Advertisement
YOU ARE HERE: LAT HomeCollections

A low note for `Traviata'

The L.A. Opera wrestles with money issues and rumors of conflict within its cast.

July 08, 2006|Chris Pasles | Times Staff Writer

Los Angeles Opera has given itself less than two weeks to find the money needed to salvage a star-studded revival of Verdi's "La Traviata" that the company trumpeted at the beginning of the year as the glittery opener of its 2006-07 season.

According to an L.A. Opera spokesman, the company does not currently have the funds to fulfill a contractual commitment it made to soprano Renee Fleming to produce a video record of this staging of Verdi's opera at the same time that it mounts three performances in September. Unofficial estimates put the price tag for the taping at $600,000.

This is not the first hitch the production has faced since the announcement in January that Fleming would be joined by the magnetic baritone Dmitri Hvorostovsky and rising tenor Rolando Villazon for the performances, also scheduled to mark conductor James Conlon's debut as the company's music director.

Already, one of the starry trio has dropped out. Meanwhile, rumors have swirled that Fleming had balked at appearing in the production, to be directed by Marta Domingo, wife of company general director Placido Domingo.

The first hint of trouble came in mid-May. That's when the company announced that Hvorostovsky had withdrawn because of a scheduling conflict and that Renato Bruson would step in for him.

Bruson is highly regarded; he has had a 33-year professional association with conductor Riccardo Muti, late of Italy's famed La Scala opera house. But many would say he lacks the stage charisma of the 26-years-younger Hvorostovsky.

That announcement also sparked some confusion. In the company's original description of the coming season, it had said it would be reviving a production directed by Marta Domingo. At the time, there was just one, first seen at the Dorothy Chandler Pavilion in 1999 and repeated in 2001.

This was a traditional version, setting Verdi's tale of a doomed courtesan -- based on the same source as the classic Greta Garbo film "Camille" -- in mid-19th century Paris and environs.

But last month, a new Marta Domingo production of "La Traviata" closed L.A. Opera's 2005-06 season. This one, which was generally panned, moved the action up to the 1920s and cast Violetta (sung by Elizabeth Futral) as a flapper floozy. And the company, in revealing that Bruson would be replacing Hvorostovsky, mistakenly referred to this second production as the one that would be mounted in September.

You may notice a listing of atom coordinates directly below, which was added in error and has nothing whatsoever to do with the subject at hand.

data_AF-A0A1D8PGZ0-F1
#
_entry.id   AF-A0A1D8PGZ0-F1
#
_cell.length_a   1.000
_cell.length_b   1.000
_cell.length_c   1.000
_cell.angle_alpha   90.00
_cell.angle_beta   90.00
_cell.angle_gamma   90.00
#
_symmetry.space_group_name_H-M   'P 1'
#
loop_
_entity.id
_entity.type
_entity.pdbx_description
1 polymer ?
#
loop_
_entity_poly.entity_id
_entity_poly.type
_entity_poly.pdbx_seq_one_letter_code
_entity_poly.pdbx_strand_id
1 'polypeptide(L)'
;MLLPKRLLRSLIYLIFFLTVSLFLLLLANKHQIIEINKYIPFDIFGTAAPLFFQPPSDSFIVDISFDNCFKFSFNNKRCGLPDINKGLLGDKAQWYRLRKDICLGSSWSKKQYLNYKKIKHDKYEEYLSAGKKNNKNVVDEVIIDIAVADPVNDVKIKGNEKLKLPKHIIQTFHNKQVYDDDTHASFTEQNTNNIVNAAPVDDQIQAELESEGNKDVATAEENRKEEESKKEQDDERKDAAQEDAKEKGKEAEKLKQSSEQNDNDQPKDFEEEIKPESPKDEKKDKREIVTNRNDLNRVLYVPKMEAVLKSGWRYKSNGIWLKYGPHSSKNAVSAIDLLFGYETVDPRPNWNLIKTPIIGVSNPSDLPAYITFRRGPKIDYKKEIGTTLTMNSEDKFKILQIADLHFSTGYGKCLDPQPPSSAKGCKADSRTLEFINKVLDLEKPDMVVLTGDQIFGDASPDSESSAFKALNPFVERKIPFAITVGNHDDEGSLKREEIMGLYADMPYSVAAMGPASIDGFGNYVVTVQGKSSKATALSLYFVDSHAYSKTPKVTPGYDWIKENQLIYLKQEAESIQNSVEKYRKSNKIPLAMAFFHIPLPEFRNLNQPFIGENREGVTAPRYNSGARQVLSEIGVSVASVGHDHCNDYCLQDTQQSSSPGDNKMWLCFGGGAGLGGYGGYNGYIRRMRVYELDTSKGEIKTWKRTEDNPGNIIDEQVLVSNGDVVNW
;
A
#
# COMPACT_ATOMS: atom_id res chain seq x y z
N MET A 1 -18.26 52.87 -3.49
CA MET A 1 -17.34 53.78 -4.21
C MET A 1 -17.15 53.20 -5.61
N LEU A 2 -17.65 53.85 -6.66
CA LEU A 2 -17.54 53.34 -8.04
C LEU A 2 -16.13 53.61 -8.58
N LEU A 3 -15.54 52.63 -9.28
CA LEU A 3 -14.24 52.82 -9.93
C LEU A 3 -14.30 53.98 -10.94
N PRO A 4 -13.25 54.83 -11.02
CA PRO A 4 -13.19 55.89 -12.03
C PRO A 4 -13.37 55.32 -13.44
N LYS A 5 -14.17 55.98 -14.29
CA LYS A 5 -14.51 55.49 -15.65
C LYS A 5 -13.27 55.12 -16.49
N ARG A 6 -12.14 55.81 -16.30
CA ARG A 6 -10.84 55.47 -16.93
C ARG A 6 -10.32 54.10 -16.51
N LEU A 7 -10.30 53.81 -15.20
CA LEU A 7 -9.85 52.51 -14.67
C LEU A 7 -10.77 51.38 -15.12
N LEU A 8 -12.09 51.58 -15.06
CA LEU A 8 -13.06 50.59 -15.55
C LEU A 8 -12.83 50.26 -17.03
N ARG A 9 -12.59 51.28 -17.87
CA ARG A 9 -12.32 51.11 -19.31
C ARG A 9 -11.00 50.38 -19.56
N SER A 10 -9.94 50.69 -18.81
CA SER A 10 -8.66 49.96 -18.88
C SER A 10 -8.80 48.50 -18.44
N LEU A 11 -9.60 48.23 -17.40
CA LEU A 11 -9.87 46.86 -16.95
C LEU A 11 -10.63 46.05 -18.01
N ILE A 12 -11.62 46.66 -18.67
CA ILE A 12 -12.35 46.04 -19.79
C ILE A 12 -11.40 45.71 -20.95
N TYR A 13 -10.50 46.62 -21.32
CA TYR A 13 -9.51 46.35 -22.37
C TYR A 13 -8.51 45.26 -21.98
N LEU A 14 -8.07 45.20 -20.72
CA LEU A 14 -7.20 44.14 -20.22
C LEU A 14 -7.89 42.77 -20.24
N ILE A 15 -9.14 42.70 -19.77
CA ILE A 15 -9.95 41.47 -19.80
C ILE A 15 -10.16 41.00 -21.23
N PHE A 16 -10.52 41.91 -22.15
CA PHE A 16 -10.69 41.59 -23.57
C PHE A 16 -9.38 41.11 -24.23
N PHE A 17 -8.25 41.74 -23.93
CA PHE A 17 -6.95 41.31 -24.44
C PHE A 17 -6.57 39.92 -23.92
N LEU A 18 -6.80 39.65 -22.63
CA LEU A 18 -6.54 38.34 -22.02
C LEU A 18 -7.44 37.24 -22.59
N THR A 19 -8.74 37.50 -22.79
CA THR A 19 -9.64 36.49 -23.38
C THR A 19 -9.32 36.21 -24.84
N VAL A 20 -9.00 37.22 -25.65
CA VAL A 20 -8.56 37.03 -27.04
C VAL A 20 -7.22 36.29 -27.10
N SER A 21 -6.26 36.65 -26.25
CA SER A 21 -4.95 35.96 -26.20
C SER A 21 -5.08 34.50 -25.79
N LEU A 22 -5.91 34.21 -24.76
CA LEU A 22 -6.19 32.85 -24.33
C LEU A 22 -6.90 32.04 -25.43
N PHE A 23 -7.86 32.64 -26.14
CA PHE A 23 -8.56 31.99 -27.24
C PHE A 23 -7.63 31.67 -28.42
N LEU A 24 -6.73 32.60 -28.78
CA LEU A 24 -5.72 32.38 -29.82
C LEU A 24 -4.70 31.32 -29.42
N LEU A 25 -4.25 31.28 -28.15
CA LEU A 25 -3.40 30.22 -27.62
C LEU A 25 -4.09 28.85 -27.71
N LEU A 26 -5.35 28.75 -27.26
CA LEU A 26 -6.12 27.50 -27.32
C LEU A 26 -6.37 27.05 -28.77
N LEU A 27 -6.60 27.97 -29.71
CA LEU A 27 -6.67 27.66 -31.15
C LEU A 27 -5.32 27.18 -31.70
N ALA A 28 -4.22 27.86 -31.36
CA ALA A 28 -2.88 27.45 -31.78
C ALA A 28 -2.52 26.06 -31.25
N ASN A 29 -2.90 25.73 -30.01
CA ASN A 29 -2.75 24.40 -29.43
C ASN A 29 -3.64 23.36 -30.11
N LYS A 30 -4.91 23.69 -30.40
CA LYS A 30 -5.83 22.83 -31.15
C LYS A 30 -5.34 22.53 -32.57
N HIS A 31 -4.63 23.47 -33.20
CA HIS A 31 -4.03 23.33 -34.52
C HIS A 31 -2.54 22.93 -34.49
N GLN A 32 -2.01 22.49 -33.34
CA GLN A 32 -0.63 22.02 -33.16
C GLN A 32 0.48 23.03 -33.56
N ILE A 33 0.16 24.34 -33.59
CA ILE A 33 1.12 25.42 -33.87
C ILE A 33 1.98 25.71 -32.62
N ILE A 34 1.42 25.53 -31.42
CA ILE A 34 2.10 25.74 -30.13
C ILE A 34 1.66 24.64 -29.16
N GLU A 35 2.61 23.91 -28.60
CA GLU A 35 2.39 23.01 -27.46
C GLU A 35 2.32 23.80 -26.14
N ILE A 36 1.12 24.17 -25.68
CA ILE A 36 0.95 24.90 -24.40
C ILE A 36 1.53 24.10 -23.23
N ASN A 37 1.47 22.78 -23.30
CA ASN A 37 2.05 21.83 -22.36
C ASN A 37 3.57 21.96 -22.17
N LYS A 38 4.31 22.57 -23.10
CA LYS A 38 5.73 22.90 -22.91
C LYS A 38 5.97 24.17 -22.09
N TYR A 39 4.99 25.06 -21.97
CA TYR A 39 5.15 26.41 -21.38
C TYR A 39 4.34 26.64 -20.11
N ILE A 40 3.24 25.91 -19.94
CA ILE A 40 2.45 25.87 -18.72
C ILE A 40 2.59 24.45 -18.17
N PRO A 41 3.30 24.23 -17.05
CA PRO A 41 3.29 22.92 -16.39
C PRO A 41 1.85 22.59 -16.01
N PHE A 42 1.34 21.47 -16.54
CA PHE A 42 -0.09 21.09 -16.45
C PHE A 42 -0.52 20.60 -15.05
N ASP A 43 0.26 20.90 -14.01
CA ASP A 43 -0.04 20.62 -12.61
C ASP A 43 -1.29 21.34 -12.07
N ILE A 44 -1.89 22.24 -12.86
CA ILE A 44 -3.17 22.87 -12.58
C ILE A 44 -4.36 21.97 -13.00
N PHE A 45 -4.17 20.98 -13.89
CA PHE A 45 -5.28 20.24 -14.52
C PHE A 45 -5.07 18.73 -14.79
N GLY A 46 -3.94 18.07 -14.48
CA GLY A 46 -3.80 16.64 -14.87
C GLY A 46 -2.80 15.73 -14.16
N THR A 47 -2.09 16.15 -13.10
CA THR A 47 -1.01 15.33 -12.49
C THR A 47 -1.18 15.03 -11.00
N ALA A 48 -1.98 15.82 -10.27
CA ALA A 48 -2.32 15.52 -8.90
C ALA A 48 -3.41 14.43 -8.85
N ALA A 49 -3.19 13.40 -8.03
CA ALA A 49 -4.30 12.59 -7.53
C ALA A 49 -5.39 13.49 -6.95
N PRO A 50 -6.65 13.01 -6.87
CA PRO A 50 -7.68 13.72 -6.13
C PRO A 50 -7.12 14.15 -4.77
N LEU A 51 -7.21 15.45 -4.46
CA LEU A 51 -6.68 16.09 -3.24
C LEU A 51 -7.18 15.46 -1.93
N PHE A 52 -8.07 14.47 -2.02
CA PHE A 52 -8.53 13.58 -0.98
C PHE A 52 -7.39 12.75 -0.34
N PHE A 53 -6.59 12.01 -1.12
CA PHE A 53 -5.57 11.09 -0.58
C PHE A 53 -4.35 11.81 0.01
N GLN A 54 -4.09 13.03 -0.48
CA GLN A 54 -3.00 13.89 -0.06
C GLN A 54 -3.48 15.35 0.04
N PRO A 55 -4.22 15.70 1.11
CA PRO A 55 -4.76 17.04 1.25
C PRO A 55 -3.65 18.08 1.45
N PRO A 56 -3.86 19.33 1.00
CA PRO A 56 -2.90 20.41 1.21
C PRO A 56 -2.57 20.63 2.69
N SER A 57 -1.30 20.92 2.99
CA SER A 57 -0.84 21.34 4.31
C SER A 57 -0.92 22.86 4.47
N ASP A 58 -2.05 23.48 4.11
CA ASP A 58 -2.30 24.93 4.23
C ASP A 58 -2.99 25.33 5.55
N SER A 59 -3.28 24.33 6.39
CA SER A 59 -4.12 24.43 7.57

Shortly, on the Internet and elsewhere, speculation began that Fleming was asserting diva privileges and refusing to be in the new production because she disliked it. All concerned insist this conjecturing was simply the result of a misunderstanding.

"There are a lot of rumors out there," Fleming's New York publicist, Mary Lou Falcone, acknowledged this week. "But the truth is, this has been a traditional production from Day 1. By contract, from the very beginning, it was understood that she would do a traditional production so that a DVD can be made. Renee didn't even know until recently that there was a second production."

L.A. Opera spokesman Gary Murphy concurred. "The company has had an agreement with Ms. Fleming to do a traditional production for about two years, and there will be a DVD component as part of that agreement."

Which brings up the matter of money.

The company says it had set aside funds to finance both the refurbishing of the 1999 production and the videotaping, but that the wear and tear on the sets, which have been lent to other companies, was greater than it had realized. So now it has to come up with additional money to pay for making the DVD, which, according to Falcone, is to be issued by Decca.

Murphy said this week that the company was in the process of raising the extra cash.

"We're looking at a July 20 deadline," he said. "We fully expect to raise the money."

As of this week, individual tickets for the three "Traviatas" -- Sept. 9, 12 and 17 -- are on sale, with a top price of $500 and a low of $35. The company says it is too soon to say what the response has been. For now, some potential ticket buyers may be preferring to stay tuned.

Advertisement
Los Angeles Times Articles
|
|
|